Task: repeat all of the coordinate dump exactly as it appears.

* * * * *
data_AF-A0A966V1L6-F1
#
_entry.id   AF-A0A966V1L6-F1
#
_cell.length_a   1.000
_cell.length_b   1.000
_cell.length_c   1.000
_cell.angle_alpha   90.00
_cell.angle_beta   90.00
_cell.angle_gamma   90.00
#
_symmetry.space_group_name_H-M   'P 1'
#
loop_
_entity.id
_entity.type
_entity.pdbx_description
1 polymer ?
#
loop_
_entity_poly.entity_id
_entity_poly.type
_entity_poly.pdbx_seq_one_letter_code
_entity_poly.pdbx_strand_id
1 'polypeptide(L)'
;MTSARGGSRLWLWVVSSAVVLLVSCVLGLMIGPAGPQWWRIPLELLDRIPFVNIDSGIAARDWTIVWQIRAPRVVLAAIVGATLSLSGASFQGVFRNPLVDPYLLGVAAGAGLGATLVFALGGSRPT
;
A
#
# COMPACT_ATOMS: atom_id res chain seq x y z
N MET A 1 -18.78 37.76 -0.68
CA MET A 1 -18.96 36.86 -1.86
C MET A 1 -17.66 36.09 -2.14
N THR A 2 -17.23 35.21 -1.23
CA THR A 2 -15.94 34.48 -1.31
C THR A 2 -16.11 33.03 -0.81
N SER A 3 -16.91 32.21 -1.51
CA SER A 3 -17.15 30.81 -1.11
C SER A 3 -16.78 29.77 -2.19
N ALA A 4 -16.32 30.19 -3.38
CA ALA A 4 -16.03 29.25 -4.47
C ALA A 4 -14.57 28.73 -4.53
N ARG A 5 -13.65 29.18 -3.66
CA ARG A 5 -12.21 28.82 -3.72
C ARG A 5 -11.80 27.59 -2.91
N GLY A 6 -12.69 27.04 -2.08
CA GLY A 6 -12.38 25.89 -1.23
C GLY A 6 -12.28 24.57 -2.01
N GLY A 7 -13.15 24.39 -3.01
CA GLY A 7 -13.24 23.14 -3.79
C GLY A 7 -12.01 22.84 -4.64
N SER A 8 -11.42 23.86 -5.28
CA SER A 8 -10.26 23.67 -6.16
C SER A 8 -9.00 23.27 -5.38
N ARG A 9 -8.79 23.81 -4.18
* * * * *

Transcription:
data_AF-A0A966V1L6-F1
#
_entry.id   AF-A0A966V1L6-F1
#
_cell.length_a   1.000
_cell.length_b   1.000
_cell.length_c   1.000
_cell.angle_alpha   90.00
_cell.angle_beta   90.00
_cell.angle_gamma   90.00
#
_symmetry.space_group_name_H-M   'P 1'
#
loop_
_entity.id
_entity.type
_entity.pdbx_description
1 polymer ?
#
loop_
_entity_poly.entity_id
_entity_poly.type
_entity_poly.pdbx_seq_one_letter_code
_entity_poly.pdbx_strand_id
1 'polypeptide(L)'
;MTSARGGSRLWLWVVSSAVVLLVSCVLGLMIGPAGPQWWRIPLELLDRIPFVNIDSGIAARDWTIVWQIRAPRVVLAAIVGATLSLSGASFQGVFRNPLVDPYLLGVAAGAGLGATLVFALGGSRPT
;
A
#
# COMPACT_ATOMS: atom_id res chain seq x y z
N MET A 1 -18.78 37.76 -0.68
CA MET A 1 -18.96 36.86 -1.86
C MET A 1 -17.66 36.09 -2.14
N THR A 2 -17.23 35.21 -1.23
CA THR A 2 -15.94 34.48 -1.31
C THR A 2 -16.11 33.03 -0.81
N SER A 3 -16.91 32.21 -1.51
CA SER A 3 -17.15 30.81 -1.11
C SER A 3 -16.78 29.77 -2.19
N ALA A 4 -16.32 30.19 -3.38
CA ALA A 4 -16.03 29.25 -4.47
C ALA A 4 -14.57 28.73 -4.53
N ARG A 5 -13.65 29.18 -3.66
CA ARG A 5 -12.21 28.82 -3.72
C ARG A 5 -11.80 27.59 -2.91
N GLY A 6 -12.69 27.04 -2.08
CA GLY A 6 -12.38 25.89 -1.23
C GLY A 6 -12.28 24.57 -2.01
N GLY A 7 -13.15 24.39 -3.01
CA GLY A 7 -13.24 23.14 -3.79
C GLY A 7 -12.01 22.84 -4.64
N SER A 8 -11.42 23.86 -5.28
CA SER A 8 -10.26 23.67 -6.16
C SER A 8 -9.00 23.27 -5.38
N ARG A 9 -8.79 23.81 -4.18